Unfortunately, the experiments reported above are too exploratory in nature to explain the process by which people associate usability and aesthetics. Nevertheless, the high correlations across cultures and experimental conditions challenge our assumptions regarding the dimensions of system acceptability in general and the relationships between aesthetics and usability in particular. The various design disciplines have long been occupied with the fragile equilibrium between form and function, aesthetics and usability (e.g. [23, 25]). The field of HCI has taken an unequivocal stand on this matter, concentrating on usability. The results of this study, however, suggest that to achieve the ultimate goal of an acceptable system, a more balanced approach may be needed. The influence of attractive appearance on attitudes and behavior has been documented by social psychologists (e.g., [3, 19, 29]), and has been used by advertisers and persuaders of all sorts. The potential effect of aesthetic experience has not escaped software vendors as well, nor is it ignored by the trade literature in its evaluation of computer products. In their attempts to shift the balance back towards a more user-oriented — rather than customer-oriented — design, it seems that HCI researchers have thus far ignored the possible interplay between aesthetics and usability. Clearly, future research is needed to discriminate between different concepts of usability (for example, intended-, apparent-, and measured usability) and to evaluate the effects of aesthetics on each and on the overall acceptability of the system. The results obtained in this study, together with the potential effect of apparent usability on post- use satisfaction [10,13], strongly suggest that we pay more attention to people's perceptions of the interface aesthetics then we have done thus far. In a sense, this study provides empirical support to Laurel’s [15] call for asking “not what the users are willing to endure, but what the ideal user experience might be, and what sort of interface might provide it” (p. 69).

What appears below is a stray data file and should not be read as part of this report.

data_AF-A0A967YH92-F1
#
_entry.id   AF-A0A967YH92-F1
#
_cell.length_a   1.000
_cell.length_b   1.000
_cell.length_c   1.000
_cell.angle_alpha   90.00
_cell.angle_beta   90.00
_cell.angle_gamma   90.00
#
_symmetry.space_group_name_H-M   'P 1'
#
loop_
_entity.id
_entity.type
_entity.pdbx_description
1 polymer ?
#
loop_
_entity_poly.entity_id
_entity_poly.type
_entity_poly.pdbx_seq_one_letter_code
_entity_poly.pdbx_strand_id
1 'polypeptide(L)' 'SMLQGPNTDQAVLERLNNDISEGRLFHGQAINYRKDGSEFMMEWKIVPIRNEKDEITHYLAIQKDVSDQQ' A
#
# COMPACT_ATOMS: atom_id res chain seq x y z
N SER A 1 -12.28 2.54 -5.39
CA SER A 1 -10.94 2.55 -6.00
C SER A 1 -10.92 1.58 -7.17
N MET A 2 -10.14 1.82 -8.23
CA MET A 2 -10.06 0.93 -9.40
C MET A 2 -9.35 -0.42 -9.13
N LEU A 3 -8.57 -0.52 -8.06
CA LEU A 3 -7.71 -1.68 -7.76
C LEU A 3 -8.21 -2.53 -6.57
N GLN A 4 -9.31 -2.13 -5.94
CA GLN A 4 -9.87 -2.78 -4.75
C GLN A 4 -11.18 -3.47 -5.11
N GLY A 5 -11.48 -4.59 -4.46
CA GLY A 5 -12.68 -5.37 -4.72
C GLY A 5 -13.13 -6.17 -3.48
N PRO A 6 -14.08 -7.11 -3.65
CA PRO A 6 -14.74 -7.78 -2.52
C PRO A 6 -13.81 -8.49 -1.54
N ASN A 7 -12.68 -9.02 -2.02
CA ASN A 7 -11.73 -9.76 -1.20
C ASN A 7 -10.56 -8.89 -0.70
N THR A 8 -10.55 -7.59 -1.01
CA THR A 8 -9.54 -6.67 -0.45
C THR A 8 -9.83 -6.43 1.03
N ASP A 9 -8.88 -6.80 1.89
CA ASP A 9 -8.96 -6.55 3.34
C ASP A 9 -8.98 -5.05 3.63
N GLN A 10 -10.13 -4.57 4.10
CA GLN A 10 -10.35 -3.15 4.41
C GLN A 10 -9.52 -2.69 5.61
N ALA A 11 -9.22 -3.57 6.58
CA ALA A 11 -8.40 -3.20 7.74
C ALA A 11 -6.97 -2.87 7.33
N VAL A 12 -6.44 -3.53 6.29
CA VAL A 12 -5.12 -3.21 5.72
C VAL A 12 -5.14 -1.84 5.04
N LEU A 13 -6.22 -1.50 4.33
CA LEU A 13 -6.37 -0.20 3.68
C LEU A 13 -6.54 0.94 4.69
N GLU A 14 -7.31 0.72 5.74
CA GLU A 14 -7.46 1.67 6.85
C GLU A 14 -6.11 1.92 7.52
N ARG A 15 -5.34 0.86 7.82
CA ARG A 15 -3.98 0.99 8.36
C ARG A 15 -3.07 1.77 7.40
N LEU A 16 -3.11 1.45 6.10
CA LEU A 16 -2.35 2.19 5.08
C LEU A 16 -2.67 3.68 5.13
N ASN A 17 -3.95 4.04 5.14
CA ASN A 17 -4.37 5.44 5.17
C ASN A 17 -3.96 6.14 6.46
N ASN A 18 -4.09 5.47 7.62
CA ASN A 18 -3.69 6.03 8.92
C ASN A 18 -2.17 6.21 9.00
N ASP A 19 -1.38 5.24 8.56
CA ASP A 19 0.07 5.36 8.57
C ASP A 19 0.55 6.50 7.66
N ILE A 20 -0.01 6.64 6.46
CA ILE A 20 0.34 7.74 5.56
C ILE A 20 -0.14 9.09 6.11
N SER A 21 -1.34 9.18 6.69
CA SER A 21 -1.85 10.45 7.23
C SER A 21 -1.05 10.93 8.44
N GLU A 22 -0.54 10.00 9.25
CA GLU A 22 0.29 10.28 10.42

Table 3. A multitrait-multimethod matrix presentation of apparent usability and aesthetics as measured in three experiments. The table is arranged according to Campbell and Fiske [2]. Validity diagonals are marked in bold italics; heteromethod blocks enclosed within broken lines.